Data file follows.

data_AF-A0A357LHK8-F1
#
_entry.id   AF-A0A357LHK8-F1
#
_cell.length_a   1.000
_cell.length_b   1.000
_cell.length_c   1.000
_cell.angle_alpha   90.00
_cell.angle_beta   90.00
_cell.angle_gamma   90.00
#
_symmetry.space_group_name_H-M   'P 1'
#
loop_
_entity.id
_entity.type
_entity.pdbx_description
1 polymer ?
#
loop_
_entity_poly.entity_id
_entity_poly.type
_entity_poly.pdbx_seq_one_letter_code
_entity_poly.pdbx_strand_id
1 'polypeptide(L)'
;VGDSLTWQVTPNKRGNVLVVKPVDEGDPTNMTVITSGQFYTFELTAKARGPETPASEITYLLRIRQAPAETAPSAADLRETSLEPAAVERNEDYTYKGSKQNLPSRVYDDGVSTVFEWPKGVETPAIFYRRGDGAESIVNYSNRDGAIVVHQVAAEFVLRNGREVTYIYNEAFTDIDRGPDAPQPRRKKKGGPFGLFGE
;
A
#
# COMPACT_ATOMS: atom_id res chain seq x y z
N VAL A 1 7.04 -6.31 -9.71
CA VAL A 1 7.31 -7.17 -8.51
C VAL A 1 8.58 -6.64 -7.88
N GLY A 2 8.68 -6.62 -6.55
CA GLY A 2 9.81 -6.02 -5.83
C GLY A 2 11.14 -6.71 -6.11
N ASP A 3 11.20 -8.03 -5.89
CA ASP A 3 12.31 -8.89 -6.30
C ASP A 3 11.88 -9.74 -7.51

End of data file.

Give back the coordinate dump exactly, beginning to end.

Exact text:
data_AF-A0A357LHK8-F1
#
_entry.id   AF-A0A357LHK8-F1
#
_cell.length_a   1.000
_cell.length_b   1.000
_cell.length_c   1.000
_cell.angle_alpha   90.00
_cell.angle_beta   90.00
_cell.angle_gamma   90.00
#
_symmetry.space_group_name_H-M   'P 1'
#
loop_
_entity.id
_entity.type
_entity.pdbx_description
1 polymer ?
#
loop_
_entity_poly.entity_id
_entity_poly.type
_entity_poly.pdbx_seq_one_letter_code
_entity_poly.pdbx_strand_id
1 'polypeptide(L)'
;VGDSLTWQVTPNKRGNVLVVKPVDEGDPTNMTVITSGQFYTFELTAKARGPETPASEITYLLRIRQAPAETAPSAADLRETSLEPAAVERNEDYTYKGSKQNLPSRVYDDGVSTVFEWPKGVETPAIFYRRGDGAESIVNYSNRDGAIVVHQVAAEFVLRNGREVTYIYNEAFTDIDRGPDAPQPRRKKKGGPFGLFGE
;
A
#
# COMPACT_ATOMS: atom_id res chain seq x y z
N VAL A 1 7.04 -6.31 -9.71
CA VAL A 1 7.31 -7.17 -8.51
C VAL A 1 8.58 -6.64 -7.88
N GLY A 2 8.68 -6.62 -6.55
CA GLY A 2 9.81 -6.02 -5.83
C GLY A 2 11.14 -6.71 -6.11
N ASP A 3 11.20 -8.03 -5.89
CA ASP A 3 12.31 -8.89 -6.30
C ASP A 3 11.88 -9.74 -7.51